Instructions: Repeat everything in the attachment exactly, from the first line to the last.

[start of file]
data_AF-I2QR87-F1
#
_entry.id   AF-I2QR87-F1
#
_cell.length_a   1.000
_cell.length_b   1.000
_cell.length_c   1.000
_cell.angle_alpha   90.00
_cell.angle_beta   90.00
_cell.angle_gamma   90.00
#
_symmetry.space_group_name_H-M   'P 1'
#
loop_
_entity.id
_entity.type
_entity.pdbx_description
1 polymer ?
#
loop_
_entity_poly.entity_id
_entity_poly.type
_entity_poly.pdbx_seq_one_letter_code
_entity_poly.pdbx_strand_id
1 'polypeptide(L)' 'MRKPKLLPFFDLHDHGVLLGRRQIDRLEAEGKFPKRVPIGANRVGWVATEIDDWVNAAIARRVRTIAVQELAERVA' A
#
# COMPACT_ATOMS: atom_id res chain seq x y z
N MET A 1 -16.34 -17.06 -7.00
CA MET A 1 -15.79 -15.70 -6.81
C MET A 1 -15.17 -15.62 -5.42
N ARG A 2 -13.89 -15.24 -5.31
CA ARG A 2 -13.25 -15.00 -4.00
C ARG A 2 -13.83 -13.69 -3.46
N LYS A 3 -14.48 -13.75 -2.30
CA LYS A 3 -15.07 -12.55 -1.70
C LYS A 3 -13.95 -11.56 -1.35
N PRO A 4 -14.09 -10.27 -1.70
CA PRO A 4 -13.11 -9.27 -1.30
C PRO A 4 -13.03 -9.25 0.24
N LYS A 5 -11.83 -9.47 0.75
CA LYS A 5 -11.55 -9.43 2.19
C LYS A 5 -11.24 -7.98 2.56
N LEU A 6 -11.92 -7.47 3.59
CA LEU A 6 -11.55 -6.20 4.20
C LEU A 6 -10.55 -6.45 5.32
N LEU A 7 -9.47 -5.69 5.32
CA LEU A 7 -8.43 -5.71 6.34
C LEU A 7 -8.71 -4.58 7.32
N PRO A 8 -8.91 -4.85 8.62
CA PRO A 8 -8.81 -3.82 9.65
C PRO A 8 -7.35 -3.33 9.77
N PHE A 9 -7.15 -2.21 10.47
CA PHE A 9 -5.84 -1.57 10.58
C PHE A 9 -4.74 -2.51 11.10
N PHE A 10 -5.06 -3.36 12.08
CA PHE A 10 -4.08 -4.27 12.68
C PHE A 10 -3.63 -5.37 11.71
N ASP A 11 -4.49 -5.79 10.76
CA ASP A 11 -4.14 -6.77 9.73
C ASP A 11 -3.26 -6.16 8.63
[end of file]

data_AF-I2QR87-F1
#
_entry.id   AF-I2QR87-F1
#
_cell.length_a   1.000
_cell.length_b   1.000
_cell.length_c   1.000
_cell.angle_alpha   90.00
_cell.angle_beta   90.00
_cell.angle_gamma   90.00
#
_symmetry.space_group_name_H-M   'P 1'
#
loop_
_entity.id
_entity.type
_entity.pdbx_description
1 polymer ?
#
loop_
_entity_poly.entity_id
_entity_poly.type
_entity_poly.pdbx_seq_one_letter_code
_entity_poly.pdbx_strand_id
1 'polypeptide(L)' 'MRKPKLLPFFDLHDHGVLLGRRQIDRLEAEGKFPKRVPIGANRVGWVATEIDDWVNAAIARRVRTIAVQELAERVA' A
#
# COMPACT_ATOMS: atom_id res chain seq x y z
N MET A 1 -16.34 -17.06 -7.00
CA MET A 1 -15.79 -15.70 -6.81
C MET A 1 -15.17 -15.62 -5.42
N ARG A 2 -13.89 -15.24 -5.31
CA ARG A 2 -13.25 -15.00 -4.00
C ARG A 2 -13.83 -13.69 -3.46
N LYS A 3 -14.48 -13.75 -2.30
CA LYS A 3 -15.07 -12.55 -1.70
C LYS A 3 -13.95 -11.56 -1.35
N PRO A 4 -14.09 -10.27 -1.70
CA PRO A 4 -13.11 -9.27 -1.30
C PRO A 4 -13.03 -9.25 0.24
N LYS A 5 -11.83 -9.47 0.75
CA LYS A 5 -11.55 -9.43 2.19
C LYS A 5 -11.24 -7.98 2.56
N LEU A 6 -11.92 -7.47 3.59
CA LEU A 6 -11.55 -6.20 4.20
C LEU A 6 -10.55 -6.45 5.32
N LEU A 7 -9.47 -5.69 5.32
CA LEU A 7 -8.43 -5.71 6.34
C LEU A 7 -8.71 -4.58 7.32
N PRO A 8 -8.91 -4.85 8.62
CA PRO A 8 -8.81 -3.82 9.65
C PRO A 8 -7.35 -3.33 9.77
N PHE A 9 -7.15 -2.21 10.47
CA PHE A 9 -5.84 -1.57 10.58
C PHE A 9 -4.74 -2.51 11.10
N PHE A 10 -5.06 -3.36 12.08
CA PHE A 10 -4.08 -4.27 12.68
C PHE A 10 -3.63 -5.37 11.71
N ASP A 11 -4.49 -5.79 10.76
CA ASP A 11 -4.14 -6.77 9.73
C ASP A 11 -3.26 -6.16 8.63